Workers take to Capitol Hill today for “Peoples Filibuster” on healthcare
The nation's capital will host demonstrations today again demanding healthcare as a human right. | Charles Dharapak/AP

WASHINGTON, DC – As expected, the CBO score for the Better Care Reconciliation Act of 2017, shows it will cause sweeping adverse effects by stranding 22 million Americans without healthcare, and cutting $772 billion in Medicaid funding over 10 years. An earlier analysis of the House repeal bill showed that the effects of gutting Medicaid will also put nearly one million Americans at risk for unemployment.

The Senate bill could compound this job loss. Now healthcare workers across the country are fueling their actions against the shameful bill through calls to key members of Congress, vigils outside senators’ state offices, social media storms, and rallies.

This Wednesday, the eve of the expected Senate vote on the healthcare repeal bill, SEIU members are joining partners for a “People’s Filibuster” on Capitol Hill to demand Senators vote “no” in the interest of their constituents — the millions of working families, seniors, children, and people with disabilities who rely on Medicaid — rather than the interests of drug and insurance company CEOs. Healthcare workers will share their stories of Americans at risk of losing care — in hospitals, nursing homes or through home care —  as well as their own stories of how Medicaid provides essential healthcare to millions of working people.

SEIU members and allies have held 150 events and made 240,000 calls to Congress since their attempts to take healthcare from working people began.

Below are the voices —Republicans and Democrats —of working people, Medicaid beneficiaries, and frontline healthcare professionals —home care and nursing home workers, and nurses — who have a first hand  perspective of how important Medicaid is for their patients, consumers, and even their own families. They are available for interviews.

George Allen, Home care worker who relies on Medicaid, Las Vegas, Nevada
“I am a diabetic. Last year, my vision became blurry, and I was literally trying to work in the dark because I could not see. I needed a surgery to save my vision, and I was able to have the surgery because of Medicaid. I tell people these are Medicaid eyes. Medicaid saved my eyes.” Watch George share his Medicaid story.

Ethel Turner, Nursing home worker who relies on Medicaid, Huntington, West Virginia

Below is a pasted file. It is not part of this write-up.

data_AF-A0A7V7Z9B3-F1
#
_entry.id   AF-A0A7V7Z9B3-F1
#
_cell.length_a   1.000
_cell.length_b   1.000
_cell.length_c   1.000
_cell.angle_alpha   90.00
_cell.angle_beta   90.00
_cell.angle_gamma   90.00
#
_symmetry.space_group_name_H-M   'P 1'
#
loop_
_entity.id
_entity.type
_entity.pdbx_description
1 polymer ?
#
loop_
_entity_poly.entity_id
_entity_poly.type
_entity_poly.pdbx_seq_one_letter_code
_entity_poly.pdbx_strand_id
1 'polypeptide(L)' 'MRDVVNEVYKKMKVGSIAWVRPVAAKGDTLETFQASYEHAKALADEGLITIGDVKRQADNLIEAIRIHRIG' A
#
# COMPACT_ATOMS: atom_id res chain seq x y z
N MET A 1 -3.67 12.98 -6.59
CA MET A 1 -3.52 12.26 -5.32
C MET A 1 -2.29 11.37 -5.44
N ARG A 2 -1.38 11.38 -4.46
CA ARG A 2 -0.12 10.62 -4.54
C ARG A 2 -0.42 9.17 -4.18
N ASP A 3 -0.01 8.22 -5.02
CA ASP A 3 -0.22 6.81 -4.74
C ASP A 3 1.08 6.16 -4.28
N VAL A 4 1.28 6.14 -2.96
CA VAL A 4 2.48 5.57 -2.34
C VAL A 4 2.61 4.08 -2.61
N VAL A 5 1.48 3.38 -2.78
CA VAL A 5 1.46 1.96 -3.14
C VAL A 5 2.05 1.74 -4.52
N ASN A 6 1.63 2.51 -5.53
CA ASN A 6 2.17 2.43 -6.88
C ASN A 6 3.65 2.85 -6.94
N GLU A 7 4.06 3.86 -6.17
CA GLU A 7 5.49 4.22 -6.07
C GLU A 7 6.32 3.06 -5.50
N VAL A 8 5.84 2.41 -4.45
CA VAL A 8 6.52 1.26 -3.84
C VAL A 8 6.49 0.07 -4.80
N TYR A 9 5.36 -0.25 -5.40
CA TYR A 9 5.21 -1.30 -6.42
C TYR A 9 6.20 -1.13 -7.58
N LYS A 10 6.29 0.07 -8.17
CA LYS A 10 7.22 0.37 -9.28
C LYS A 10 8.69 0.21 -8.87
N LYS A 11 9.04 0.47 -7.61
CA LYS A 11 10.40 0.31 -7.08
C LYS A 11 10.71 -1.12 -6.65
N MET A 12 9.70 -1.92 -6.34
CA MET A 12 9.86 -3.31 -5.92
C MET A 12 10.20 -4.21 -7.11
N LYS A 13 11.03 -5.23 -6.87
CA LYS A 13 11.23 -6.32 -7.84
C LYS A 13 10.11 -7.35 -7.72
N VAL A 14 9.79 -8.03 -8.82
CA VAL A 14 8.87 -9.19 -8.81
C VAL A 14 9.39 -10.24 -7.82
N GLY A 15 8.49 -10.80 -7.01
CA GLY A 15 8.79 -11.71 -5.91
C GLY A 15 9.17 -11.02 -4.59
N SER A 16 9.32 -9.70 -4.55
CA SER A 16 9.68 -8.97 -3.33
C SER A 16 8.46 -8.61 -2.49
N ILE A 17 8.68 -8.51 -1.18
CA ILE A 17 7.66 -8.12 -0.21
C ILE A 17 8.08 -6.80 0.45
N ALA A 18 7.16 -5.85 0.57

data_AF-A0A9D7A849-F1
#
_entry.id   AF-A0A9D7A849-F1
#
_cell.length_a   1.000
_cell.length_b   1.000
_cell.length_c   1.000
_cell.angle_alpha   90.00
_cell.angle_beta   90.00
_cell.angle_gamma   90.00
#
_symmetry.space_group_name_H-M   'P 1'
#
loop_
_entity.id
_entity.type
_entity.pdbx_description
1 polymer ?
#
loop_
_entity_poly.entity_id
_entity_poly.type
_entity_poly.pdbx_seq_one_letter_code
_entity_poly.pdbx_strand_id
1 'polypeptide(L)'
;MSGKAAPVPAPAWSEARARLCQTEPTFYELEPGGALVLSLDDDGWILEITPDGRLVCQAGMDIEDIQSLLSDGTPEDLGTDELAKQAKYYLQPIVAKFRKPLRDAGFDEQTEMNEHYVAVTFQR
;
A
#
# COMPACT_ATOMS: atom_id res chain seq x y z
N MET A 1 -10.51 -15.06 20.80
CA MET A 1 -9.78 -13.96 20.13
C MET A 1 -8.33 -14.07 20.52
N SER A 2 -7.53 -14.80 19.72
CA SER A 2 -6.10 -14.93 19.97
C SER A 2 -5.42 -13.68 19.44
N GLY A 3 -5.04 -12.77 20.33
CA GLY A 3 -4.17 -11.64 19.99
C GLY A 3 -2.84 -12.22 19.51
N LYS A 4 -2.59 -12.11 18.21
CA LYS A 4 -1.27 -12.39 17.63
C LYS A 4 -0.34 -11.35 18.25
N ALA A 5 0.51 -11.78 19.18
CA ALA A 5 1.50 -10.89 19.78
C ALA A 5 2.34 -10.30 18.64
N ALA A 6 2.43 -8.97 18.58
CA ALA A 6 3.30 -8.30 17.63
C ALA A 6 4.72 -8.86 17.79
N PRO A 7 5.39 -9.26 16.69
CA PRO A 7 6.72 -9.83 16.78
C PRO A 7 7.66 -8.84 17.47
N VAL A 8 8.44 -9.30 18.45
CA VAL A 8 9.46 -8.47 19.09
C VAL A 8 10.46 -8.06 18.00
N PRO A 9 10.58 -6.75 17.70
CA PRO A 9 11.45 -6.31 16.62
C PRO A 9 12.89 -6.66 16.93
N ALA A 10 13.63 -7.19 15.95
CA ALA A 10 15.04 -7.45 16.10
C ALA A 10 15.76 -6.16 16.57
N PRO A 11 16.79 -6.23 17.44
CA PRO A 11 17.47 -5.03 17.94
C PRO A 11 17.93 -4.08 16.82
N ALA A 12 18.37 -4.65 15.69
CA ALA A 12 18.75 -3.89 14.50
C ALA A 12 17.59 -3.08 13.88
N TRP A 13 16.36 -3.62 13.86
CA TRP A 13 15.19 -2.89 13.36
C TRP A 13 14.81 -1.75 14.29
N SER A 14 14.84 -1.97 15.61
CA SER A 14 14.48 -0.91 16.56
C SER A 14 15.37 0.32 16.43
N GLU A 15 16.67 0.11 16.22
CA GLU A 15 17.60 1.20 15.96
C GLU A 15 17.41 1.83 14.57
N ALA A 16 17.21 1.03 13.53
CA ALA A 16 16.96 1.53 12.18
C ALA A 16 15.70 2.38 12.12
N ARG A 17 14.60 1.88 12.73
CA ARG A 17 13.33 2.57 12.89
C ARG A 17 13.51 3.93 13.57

“I get emotional whenever I think of what will happen to the residents I care for if Senate Republicans do away with Medicaid. That is why I am fighting for them, and we will all keep fighting for a healthcare system that works for everyone not just millionaires and wealthy CEOs who some members of Congress care more about.” Turner traveled to Washington last week to ask Sen. Shelley Moore Capito to take the bill home and explain to voters what is in it. Watch Ethel share her Medicaid story.

Michael Collins, RN, University Medical Center, Las Vegas, Nevada
“It’s become increasingly apparent—in Nevada and across the country—that Republican members of Congress do not care about the wellbeing of Americans. If they did, they would have never proposed such a disastrous health care bill that destroys Medicaid, and penalizes people for having pre-existing conditions. They’re simply playing politics with people’s lives, which is frightening.”

Cheryll Athorp, Two-time breast cancer survivor, Ketchikan, Alaska
“I signed up for Primera in the marketplace in 2013. Then I was diagnosed with breast cancer for a second time in January 2014. I had a double mastectomy and chemotherapy. I had to have a $10,000 shot before each chemo treatment because my white blood cell count was so low. This time because I had health insurance, it was a lot less stressful this go around. Even though the second time was more serious, it was easier because I did not have the stress of finances and I was able to focus on getting on well.” Last week, Cheryll traveled to Washington to meet with senators Lisa Murkowski (R-AK) and Dan Sullivan (R-AK). Watch Cheryl talk about the need to save Medicaid here.